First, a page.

Israeli official: 'Progress is slow and the gaps are large'

Hamas said to deride deal outline as ‘Zionist document’ as Qatar sees ‘race against time’

Qatari mediators said to relay broadly negative response by terror group to 6-week truce framework; TV report details US formula for 40-for-400 hostage-prisoner exchange

A woman and her children walk past a wall with photographs of hostages who were kidnapped during the October 7 Hamas-led cross-border terror onslaught in Israel, seen in Jerusalem, February 26, 2024. (Leo Correa/AP)
A woman and her children walk past a wall with photographs of hostages who were kidnapped during the October 7 Hamas-led cross-border terror onslaught in Israel, seen in Jerusalem, February 26, 2024. (Leo Correa/AP)

The emir of Qatar spoke of “a race against time” to secure the release of Israeli hostages held by terror groups in the Gaza Strip, as Israel’s Army Radio reported that Hamas representatives, in an unofficial response, had angrily rebuffed a proposed outline for a deal.

Several Hebrew media reports late Tuesday and Wednesday said Qatari mediators had conveyed a Hamas response to the outline, which had been drawn up by the US and agreed on by Israel, Egypt and Qatar last Friday in Paris, though no formal Hamas response had been presented. While a report by the Kan public broadcaster on Tuesday evening quoted an Israeli official expressing “very cautious optimism” about the prospects for progress, an Army Radio report on Wednesday morning described a largely negative Hamas response.

The unsourced Army Radio report said Hamas representatives had termed the proposed outline “a Zionist document,” and objected to the fact that it did not relate to Hamas’s demand for an end to the war, did not include Israeli agreement to the full return to northern Gaza of internally displaced residents, and envisaged too few Palestinian security prisoners being freed in return for Israeli hostages.

The US-drafted proposal reportedly provides for a six-week pause in fighting during which some 40 hostages would be freed in exchange for some 400 Palestinian security prisoners.

The Kan report said that Qatari officials updated their Israeli counterparts Tuesday on Hamas’s response to some aspects of topics discussed at the talks Qatar has been holding with Hamas representatives. An unnamed Israeli official was quoted by the broadcaster saying that “there is very cautious optimism, but progress is slow and the gaps are large.”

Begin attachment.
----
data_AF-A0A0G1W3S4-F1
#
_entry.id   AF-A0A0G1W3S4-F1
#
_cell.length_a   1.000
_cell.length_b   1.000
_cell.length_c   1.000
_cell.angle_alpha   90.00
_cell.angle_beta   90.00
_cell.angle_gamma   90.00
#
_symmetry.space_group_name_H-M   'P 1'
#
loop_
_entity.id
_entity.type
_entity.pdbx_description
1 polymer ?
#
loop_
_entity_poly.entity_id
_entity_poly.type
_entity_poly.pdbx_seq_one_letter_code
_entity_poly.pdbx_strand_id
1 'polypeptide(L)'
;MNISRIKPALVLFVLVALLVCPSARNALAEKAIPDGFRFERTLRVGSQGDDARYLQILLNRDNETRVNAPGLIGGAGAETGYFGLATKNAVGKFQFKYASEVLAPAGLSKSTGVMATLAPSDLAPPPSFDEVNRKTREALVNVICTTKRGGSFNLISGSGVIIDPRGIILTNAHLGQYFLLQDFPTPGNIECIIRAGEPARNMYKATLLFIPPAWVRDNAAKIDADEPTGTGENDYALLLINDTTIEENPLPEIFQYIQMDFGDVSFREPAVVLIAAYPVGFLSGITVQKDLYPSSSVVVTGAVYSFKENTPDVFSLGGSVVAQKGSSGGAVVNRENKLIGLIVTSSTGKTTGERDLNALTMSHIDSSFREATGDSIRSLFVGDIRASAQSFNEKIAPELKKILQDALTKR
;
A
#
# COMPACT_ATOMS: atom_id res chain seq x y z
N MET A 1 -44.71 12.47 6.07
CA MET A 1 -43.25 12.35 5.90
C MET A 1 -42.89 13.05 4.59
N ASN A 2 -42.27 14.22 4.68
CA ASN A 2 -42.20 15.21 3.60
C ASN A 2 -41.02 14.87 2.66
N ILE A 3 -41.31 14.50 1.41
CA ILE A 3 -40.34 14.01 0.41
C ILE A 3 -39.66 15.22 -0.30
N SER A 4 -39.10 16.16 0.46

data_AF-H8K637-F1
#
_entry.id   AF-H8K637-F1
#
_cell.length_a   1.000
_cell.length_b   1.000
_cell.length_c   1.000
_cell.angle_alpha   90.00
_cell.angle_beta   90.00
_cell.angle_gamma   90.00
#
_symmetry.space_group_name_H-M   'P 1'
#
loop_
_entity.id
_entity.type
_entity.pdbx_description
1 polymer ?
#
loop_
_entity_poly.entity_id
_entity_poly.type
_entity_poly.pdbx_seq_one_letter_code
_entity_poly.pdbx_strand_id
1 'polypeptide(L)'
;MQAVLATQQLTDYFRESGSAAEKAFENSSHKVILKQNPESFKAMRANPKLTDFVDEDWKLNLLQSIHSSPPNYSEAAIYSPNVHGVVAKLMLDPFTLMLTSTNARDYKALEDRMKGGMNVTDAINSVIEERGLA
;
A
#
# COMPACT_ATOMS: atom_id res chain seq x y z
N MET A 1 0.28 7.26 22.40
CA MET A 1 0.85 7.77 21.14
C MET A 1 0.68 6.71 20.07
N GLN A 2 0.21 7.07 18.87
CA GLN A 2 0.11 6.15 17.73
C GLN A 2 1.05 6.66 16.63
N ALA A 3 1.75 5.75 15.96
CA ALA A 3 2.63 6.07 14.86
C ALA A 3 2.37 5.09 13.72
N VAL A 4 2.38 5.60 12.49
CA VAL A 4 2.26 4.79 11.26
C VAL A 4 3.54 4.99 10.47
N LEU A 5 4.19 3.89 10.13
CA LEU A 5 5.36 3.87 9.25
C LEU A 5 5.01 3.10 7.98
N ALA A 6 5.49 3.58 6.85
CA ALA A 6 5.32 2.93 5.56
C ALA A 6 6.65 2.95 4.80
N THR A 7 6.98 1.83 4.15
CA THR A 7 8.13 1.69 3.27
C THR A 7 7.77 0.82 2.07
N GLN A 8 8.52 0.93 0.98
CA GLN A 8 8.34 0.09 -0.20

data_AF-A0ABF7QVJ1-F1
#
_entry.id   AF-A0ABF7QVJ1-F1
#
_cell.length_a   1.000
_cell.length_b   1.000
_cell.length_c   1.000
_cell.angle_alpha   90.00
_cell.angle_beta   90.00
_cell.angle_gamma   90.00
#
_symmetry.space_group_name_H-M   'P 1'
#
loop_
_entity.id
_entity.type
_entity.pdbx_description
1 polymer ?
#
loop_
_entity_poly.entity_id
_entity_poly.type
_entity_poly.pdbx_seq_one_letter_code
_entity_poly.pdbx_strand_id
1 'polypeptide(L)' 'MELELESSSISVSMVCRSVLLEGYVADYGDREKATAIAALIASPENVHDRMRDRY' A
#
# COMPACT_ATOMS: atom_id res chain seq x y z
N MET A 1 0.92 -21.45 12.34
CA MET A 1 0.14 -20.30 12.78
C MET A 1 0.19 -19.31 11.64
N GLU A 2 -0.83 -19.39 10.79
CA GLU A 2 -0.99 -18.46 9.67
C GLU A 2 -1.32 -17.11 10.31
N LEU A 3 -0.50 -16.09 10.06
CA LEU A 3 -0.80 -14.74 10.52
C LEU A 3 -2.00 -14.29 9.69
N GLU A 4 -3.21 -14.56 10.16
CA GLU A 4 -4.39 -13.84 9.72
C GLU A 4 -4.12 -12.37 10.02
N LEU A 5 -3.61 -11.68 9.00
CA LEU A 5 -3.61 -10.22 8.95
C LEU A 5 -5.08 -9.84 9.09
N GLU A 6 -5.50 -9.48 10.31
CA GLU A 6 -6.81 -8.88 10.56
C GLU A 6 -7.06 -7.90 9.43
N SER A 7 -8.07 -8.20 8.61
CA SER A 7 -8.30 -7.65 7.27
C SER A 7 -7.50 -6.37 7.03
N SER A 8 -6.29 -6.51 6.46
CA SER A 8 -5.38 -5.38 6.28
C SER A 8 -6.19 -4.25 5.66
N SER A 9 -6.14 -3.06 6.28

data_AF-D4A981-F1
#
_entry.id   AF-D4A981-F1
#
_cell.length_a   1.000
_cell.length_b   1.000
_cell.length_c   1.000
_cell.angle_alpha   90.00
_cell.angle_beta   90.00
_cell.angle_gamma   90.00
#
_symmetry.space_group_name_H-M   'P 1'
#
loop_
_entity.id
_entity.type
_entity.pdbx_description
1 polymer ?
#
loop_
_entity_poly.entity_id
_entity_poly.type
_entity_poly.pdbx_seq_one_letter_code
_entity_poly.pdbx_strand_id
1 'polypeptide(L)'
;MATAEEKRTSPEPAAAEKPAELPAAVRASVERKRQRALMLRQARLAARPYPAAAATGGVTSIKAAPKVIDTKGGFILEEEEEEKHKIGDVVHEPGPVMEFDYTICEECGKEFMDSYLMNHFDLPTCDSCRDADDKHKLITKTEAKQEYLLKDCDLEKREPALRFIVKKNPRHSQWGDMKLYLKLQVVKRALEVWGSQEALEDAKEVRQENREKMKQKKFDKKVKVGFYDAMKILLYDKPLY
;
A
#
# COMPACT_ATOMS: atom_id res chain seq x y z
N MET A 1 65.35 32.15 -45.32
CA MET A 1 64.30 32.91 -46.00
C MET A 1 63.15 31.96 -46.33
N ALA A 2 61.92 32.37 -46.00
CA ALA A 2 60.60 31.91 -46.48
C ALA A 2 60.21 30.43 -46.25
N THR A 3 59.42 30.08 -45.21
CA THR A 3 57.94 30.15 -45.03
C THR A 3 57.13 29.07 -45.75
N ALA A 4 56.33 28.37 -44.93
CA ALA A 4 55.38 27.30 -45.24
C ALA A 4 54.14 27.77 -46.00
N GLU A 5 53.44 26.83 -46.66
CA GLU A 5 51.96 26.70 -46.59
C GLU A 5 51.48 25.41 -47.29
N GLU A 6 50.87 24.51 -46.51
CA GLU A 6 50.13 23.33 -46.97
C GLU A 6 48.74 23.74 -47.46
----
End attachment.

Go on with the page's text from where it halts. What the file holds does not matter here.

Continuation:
The Kan report also said that Hamas has yet to provide a list of living hostages held in Gaza or a list of the Palestinian prisoners it wants released. Israeli sources have said that without those two pieces of information, negotiations cannot advance. There are 130 hostages abducted by terrorists from southern Israel on October 7 who remain in Gaza; Israel says about a quarter of them are dead.

Qatar’s Sheikh Tamim bin Hamad Al Thani, whose country has been a key supporter of Hamas, denounced Israel during his speech in Paris on Tuesday, delivered at a dinner in his honor with his host, French President Emmanuel Macron.

“We are in a race against time to bring the hostages back to their families and at the same time we must work to put an end to the suffering of the Palestinian people,” he said. “The world sees a genocide of the Palestinian people,” he asserted. “Hunger, forced displacement, savage bombardments are used as weapons. And the international community still hasn’t managed to adopt a unified position to end the war in Gaza and provide the strict minimum of protection for children, women, and civilians.”

Qatar’s Emir Sheikh Tamim bin Hamad Al Thani delivers a speech during a state dinner with French President Emmanuel Macron at the Elysee Palace in Paris, February 27, 2024. (Yoan Valat, Pool via AP)

The war erupted after Hamas led a devastating attack against Israel on October 7 that killed 1,200 people, mostly civilians, amid horrific atrocities including widespread gang rape, torture and mutilation of victims. Some 3,000 attackers burst through the border with Gaza to rampage murderously through southern Israeli regions. Terrorists also kidnapped 253 people of all ages who were taken as hostages to Gaza.

Israel responded with an air, sea, and ground offensive to topple the Hamas regime in Gaza, destroy the terror group, and free the hostages.

The exchange ratio

Meanwhile, Israel’s Channel 12 on Tuesday reported what it said was the American proposal for a key part of the potential hostage release deal: the number and nature of the Palestinian security prisoners who would be released in exchange for hostages held in Gaza since October 7.